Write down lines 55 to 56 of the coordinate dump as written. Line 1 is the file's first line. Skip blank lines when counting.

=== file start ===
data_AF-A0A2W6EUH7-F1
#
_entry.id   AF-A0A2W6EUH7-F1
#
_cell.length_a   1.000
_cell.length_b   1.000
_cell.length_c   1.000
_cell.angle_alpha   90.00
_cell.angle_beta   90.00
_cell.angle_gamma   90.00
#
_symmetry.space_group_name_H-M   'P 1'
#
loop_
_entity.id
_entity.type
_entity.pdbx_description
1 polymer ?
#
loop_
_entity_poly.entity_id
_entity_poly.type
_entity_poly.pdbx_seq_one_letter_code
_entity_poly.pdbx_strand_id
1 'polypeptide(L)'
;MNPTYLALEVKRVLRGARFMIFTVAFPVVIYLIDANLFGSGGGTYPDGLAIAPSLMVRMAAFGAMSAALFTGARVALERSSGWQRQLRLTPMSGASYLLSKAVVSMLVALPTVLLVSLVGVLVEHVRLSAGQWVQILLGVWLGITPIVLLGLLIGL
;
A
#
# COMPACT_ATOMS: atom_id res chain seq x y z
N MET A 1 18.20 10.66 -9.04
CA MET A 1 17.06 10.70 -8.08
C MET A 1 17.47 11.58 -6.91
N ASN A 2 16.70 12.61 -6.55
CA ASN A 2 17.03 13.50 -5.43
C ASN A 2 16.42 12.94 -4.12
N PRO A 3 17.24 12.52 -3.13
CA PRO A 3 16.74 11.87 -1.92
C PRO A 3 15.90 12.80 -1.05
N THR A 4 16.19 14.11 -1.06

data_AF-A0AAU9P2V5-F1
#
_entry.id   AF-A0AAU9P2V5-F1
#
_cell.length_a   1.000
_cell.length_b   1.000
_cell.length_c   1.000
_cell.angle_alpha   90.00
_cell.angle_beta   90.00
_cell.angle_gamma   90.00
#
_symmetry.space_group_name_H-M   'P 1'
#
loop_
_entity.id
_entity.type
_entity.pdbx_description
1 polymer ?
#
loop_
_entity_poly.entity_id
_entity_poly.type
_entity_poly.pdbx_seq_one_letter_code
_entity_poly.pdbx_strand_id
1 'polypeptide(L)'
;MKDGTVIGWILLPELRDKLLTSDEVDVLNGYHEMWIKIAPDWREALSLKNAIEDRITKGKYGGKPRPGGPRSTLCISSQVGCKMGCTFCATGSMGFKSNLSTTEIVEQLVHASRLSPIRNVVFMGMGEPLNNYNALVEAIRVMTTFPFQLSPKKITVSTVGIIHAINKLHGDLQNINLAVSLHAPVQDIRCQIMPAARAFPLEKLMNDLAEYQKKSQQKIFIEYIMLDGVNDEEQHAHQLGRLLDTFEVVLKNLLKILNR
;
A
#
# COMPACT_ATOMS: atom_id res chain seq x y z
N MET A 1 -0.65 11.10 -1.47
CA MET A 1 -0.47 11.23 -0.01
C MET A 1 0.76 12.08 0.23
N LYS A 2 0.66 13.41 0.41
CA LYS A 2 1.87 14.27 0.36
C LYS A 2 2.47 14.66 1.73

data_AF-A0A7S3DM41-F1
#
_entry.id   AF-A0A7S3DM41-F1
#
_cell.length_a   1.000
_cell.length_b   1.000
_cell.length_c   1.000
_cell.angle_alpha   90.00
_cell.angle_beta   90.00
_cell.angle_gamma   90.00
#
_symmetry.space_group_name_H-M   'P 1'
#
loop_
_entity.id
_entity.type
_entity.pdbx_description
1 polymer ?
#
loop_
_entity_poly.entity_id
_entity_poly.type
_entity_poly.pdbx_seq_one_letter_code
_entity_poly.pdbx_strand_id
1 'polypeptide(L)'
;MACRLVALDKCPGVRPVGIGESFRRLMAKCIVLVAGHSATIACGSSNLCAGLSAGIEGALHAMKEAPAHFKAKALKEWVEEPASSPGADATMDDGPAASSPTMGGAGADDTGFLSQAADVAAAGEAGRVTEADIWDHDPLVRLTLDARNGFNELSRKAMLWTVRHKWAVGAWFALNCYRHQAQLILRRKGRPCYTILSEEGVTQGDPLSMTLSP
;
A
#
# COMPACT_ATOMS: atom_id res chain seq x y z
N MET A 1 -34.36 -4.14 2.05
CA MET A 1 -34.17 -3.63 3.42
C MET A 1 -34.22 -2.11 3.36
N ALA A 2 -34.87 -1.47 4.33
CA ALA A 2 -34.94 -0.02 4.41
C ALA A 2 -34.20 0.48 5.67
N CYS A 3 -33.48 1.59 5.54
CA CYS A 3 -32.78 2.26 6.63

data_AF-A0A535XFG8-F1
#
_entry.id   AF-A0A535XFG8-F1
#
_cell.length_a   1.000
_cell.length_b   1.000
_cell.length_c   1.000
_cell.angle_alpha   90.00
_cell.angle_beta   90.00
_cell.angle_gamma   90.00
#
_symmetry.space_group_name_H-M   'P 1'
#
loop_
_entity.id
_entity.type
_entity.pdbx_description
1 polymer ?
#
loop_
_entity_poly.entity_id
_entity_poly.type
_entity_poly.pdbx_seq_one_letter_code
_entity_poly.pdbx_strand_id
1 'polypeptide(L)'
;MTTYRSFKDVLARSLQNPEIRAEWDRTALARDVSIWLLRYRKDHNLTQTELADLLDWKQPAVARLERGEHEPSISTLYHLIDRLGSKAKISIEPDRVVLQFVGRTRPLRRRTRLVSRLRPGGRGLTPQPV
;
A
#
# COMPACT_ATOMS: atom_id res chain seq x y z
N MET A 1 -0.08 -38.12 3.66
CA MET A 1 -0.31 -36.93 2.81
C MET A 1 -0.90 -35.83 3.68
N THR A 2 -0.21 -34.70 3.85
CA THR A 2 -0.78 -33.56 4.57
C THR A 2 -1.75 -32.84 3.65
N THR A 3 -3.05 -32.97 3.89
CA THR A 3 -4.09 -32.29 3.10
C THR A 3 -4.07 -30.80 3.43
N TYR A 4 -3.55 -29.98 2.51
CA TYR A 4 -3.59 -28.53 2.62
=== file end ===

_entity.id
_entity.type